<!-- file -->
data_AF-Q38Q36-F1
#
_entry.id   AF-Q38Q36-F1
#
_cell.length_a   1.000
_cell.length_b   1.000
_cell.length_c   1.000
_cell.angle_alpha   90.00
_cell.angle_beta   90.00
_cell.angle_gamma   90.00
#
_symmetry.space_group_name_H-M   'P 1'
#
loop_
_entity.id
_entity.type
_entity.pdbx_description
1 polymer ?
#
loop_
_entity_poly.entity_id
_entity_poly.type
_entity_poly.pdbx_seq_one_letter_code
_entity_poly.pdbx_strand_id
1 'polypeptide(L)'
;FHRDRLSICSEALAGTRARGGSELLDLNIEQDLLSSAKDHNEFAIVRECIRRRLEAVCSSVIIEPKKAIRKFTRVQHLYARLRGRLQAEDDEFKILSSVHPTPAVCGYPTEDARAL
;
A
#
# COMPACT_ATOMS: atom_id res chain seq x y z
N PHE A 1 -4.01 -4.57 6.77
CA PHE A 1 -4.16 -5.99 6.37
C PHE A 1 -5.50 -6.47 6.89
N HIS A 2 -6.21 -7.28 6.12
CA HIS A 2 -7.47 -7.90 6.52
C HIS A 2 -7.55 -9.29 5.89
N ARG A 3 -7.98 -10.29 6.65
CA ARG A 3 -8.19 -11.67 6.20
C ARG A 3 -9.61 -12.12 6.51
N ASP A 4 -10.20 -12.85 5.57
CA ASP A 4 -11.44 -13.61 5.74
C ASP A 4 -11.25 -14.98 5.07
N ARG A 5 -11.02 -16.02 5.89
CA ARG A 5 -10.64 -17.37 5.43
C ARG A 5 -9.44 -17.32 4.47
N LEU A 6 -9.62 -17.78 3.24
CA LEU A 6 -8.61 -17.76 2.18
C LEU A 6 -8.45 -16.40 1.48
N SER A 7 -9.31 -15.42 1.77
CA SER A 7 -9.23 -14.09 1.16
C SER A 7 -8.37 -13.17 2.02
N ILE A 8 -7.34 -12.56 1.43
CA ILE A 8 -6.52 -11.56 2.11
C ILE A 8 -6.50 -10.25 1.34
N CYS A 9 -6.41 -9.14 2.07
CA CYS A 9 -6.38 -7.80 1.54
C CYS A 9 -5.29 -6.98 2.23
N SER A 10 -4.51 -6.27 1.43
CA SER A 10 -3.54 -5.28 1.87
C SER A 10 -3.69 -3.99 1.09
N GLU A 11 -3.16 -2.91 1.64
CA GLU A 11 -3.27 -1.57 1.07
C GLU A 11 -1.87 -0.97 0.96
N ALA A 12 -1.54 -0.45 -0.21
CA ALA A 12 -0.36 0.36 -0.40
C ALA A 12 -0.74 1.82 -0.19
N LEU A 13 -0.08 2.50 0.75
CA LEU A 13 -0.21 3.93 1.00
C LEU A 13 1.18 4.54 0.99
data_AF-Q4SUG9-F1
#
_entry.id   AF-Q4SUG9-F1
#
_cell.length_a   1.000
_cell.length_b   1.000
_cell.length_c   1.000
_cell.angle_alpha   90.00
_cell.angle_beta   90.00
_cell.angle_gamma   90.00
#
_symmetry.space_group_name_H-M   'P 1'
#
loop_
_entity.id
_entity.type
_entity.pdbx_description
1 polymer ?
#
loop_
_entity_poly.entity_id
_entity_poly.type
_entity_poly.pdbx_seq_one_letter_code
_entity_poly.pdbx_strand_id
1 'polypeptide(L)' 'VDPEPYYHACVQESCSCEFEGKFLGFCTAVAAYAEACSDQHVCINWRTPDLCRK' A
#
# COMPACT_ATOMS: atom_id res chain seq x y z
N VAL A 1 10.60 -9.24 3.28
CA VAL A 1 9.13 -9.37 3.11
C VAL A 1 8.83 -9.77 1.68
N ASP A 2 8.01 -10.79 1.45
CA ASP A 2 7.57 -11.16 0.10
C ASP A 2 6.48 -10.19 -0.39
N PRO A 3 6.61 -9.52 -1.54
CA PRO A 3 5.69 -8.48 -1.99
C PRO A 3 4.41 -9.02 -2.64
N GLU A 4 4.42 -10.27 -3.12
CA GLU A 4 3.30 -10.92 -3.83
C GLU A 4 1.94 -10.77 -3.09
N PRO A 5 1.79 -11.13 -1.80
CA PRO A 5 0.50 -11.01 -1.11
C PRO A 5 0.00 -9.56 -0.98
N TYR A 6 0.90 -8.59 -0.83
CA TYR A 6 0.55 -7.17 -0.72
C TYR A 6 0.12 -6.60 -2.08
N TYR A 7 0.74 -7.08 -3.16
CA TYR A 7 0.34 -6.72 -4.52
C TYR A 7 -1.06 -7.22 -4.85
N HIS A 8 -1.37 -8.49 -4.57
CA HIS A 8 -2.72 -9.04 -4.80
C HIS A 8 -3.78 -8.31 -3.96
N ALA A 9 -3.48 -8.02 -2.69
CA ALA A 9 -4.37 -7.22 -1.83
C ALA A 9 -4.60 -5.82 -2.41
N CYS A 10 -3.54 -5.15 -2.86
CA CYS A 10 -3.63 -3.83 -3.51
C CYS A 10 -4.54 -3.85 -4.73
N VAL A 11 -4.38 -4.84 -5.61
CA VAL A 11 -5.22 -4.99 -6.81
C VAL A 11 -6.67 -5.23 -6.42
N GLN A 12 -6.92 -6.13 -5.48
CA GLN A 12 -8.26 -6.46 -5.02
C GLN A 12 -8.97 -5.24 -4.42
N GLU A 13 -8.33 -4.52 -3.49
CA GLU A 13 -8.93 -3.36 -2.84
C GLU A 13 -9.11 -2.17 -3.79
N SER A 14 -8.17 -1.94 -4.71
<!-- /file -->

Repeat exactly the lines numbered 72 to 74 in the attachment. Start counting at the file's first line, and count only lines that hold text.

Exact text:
_entry.id   AF-Q4SUG9-F1
#
_cell.length_a   1.000